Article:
Walk around the bustling streets of Tijuana or Ensenada and you’ll come across entertaining nightlife, lively restaurants, countless shopping opportunities and other attractions tourists dream of. But in addition to these popular cities’ hot spots, chances are high that you’ll see plenty of street dogs fighting to survive.
Knowing the deplorable conditions and illnesses these dogs are subjected to every day, San Diego-based non-profit The Animal Pad (TAP) is giving street dogs from Mexico a second chance at life by rescuing them and placing them into loving homes in America’s Finest City.
“We chose Mexico because we feel like because not only are we in a great geographical location, but we have the resources that a lot of rescues in Mexico don’t’ have,” Christy Lambert, Director of The Animal Pad’s TAPACT team, told NBC 7. “We’re passionate about helping dogs many people wont or aren’t able to help.
These dogs will roam around the streets day and night in search of where to rest, scrummage through garbage cans looking for barely enough food to survive the day and prowl outside restaurants in hopes someone will take pity on them and help even just a bit. Often riddled with health issues and disregarded by many, these pups will die on the streets they fought hard to survive in if they are not rescued.
“The dogs are often seen as pests, so they’re kicked away if they try to enter a building or rocks are thrown at them to get them away from people or businesses,” Lambert said. “Seeing the dogs as pests comes with a slew of abuse.”
In an effort to rescue as many dogs as possible from their poor conditions, Stephanie Nisan founded TAP just over a decade ago. Her organization is a 100% foster-based rescue that is dedicated to placing dogs into the best households for them.
TAP works with partner rescues in Mexico to get dogs in shelters from across the border and bring them to the U.S. Once retrieved, the rescue dogs are given flea and tick medicine, a bath, a medical check by a veterinarian and then they go through a quarantine process. After they have been cleared for adoption, the dogs are placed in foster care until they are matched with a potential new family.
Dogs can react poorly to their diet or a bad attitude to an owner – so sometimes pet owners turn to “animal communicators” like Lydia Hiby to figure out what’s going on.
How to Adopt From TAP
Anyone interested in adopting a dog from TAP’s adorable roster can fill out applications online. Lambert said the process is fairly quick, with an average time of two weeks from application to adoption.
Once prospective pet parents fill out applications for the dog(s) they are interested in, their form will be reviewed by the rescue’s adoption team. The team will contact references applicants put, conduct a home check to ensure the dogs will be safe and once everything is cleared, the applicant can get in touch with the dog’s foster to schedule a meeting.
“There’s a perfect dog for you somewhere in a rescue or shelter,” Lambert said. “We have nearly 150 dogs in foster so it’s likely that your perfect dog is there.”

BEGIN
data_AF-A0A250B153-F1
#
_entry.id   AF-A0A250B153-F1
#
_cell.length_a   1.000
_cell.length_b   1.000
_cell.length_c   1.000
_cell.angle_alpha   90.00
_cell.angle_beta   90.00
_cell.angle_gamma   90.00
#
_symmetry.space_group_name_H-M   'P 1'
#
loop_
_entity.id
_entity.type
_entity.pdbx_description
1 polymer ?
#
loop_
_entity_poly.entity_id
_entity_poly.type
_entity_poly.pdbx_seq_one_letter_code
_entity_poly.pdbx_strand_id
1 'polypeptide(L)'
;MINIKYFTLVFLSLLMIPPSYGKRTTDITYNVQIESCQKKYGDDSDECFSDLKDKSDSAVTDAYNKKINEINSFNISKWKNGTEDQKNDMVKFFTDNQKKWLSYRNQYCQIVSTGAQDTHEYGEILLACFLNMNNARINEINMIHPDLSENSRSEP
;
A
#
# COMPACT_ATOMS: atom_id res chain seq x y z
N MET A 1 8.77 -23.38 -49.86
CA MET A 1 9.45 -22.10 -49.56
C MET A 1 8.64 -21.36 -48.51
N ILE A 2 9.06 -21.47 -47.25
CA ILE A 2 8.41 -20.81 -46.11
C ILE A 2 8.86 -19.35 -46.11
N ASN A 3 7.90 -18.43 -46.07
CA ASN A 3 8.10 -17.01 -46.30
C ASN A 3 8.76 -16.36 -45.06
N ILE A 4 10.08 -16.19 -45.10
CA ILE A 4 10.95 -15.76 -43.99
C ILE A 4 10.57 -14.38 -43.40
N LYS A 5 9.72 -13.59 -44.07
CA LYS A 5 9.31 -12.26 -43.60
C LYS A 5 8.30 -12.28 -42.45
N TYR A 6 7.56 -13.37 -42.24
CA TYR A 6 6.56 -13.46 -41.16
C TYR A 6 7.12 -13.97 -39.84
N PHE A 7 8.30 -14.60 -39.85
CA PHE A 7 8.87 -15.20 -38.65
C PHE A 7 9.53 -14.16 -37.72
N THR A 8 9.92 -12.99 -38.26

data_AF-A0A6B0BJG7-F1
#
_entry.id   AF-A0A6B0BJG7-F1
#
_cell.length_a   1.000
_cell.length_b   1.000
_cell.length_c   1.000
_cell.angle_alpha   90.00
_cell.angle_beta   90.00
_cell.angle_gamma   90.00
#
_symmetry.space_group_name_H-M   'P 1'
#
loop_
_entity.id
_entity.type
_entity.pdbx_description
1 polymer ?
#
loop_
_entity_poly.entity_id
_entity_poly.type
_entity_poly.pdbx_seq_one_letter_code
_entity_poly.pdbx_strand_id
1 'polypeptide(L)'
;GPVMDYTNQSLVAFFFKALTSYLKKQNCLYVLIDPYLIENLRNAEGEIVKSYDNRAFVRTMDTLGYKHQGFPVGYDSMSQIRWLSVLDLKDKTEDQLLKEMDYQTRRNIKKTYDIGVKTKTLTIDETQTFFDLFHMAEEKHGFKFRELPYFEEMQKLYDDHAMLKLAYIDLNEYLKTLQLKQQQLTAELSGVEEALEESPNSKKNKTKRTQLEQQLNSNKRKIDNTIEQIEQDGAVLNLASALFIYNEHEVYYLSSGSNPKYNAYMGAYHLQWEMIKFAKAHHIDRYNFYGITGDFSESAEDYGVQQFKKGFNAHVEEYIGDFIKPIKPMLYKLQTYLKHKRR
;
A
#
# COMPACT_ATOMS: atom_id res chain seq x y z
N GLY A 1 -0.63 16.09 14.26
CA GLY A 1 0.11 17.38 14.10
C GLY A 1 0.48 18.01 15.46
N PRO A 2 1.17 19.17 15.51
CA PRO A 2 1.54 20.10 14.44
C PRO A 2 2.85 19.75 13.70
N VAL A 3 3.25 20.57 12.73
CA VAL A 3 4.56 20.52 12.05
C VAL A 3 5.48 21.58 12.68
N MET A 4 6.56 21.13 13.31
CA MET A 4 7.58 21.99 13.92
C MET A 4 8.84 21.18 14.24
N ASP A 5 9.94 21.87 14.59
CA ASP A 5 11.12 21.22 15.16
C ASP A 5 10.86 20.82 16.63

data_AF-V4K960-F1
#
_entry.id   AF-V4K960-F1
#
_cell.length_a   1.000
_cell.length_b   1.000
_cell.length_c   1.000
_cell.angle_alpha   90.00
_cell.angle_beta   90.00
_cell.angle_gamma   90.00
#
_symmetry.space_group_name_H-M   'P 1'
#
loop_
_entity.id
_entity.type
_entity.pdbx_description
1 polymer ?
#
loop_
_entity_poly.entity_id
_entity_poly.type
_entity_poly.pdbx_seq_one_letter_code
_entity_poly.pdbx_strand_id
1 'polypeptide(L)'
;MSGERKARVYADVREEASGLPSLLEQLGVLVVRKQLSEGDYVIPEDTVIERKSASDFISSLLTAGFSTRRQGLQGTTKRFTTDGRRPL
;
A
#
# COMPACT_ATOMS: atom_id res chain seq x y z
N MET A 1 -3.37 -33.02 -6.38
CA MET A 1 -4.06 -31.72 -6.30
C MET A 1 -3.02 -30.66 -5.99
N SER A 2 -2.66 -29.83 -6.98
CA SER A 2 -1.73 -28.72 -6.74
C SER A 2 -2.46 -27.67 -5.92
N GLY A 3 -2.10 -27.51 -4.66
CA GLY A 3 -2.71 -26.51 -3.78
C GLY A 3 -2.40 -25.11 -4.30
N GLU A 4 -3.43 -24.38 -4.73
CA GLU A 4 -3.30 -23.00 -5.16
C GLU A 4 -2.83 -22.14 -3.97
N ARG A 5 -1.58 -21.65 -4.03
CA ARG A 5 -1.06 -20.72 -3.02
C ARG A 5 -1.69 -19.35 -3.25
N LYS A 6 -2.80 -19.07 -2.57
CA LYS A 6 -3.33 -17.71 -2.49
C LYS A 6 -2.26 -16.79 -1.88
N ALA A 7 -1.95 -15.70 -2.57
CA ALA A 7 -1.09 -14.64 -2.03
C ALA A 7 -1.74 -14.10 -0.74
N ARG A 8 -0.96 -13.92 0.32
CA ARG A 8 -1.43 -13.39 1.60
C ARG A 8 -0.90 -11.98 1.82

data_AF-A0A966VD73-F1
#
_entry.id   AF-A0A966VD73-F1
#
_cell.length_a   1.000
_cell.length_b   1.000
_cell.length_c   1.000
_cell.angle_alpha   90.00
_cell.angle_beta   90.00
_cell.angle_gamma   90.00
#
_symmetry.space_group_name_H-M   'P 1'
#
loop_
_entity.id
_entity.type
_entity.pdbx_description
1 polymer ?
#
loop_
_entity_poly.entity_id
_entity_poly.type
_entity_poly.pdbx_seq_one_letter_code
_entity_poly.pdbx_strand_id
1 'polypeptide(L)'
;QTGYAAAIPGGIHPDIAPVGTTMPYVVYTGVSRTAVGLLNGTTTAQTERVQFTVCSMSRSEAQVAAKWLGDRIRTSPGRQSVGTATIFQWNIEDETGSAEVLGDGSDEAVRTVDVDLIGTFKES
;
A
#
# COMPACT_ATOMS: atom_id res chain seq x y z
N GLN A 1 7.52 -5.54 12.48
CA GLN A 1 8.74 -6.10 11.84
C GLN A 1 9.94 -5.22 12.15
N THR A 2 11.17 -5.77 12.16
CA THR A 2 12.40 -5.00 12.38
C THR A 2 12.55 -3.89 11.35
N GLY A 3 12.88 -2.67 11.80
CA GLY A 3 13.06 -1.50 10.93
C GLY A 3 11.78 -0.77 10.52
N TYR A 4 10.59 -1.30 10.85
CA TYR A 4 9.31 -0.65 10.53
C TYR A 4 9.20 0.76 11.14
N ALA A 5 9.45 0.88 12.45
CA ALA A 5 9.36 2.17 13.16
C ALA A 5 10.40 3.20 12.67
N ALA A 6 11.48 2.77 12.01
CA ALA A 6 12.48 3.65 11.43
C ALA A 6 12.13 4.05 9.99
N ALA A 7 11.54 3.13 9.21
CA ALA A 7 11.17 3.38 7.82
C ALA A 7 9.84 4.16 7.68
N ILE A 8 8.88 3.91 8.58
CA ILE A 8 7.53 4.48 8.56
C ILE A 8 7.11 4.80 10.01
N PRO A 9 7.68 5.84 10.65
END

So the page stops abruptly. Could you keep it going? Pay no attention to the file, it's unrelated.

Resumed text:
Lambert noted that apartment residents are welcomed to submit applications for a pet and are often approve for adoption so long as the organization believes the dogs will do well in apartment settings.
To take a look at the adoptable dogs in TAP’s care, click here.
How to Foster TAP Dogs
Applying to foster dogs is similar to that of the adoption process. Anyone interested in being foster parents to canines in need can click here for more information.
“(For fosters), you don’t have to be responsible for buying anything,” according to Lambert, who said expenses for the dogs are covered by them. “You have to pick up supplies from our headquarters in La Mesa, need to give them love and care, take them to vet appointments and we appreciate the occasional appearance at adoption events.”
Lambert noted that foster pet parents must be located in San Diego so that they can be in close vicinity to the dogs’ veterinarians.
TAP’s Other Mission
In addition to fostering and adopting, TAP also aims to tackle the core issue of what gets dogs on the streets in the first place. Just under three years ago, the non-profit created a new team called TAPACT to fight against overpopulation.
“Rescues can only do so much when people are still not spaying or neutering, so TAPACT was founded to try to combat those issues like unethical and illegal breeders,” Lambert said.
“Rescuing dogs is a band-aid for the symptom, but we also want to sponsor spay and neuter clinics, spread information on overpopulation and we really just want to help people understand that they can have an active part in saving dogs,” Lambert said.
TAP’s outreach has proven successful and the organization has had much to celebrate; 2020 was a record-breaking year for adoptions with the non-profit placing approximately 1,700 dogs in loving homes from March 2020 to date.
The figure was a huge victory for TAP and most importantly, for the dogs that found their fur-ever families.
“They just want to be loved,” Lambert said. “When you adopt a dog, you are saving a life. Truly. Otherwise, these dogs would continue to be neglected on the streets, dying without pet care.”
Animal communicator and author Lydia Hiby gives potential dog adopters tips on what to consider before entering the shelter.
NBC is currently in the middle of Clear The Shelters 2021, a nationwide pet adoption drive with a mission to find as many forever homes as possible for shelter pets in need. To find a pet you can rescue from a San Diego-area shelter, check out NBC 7’s Clear The Shelters 2021 Adoption Guide.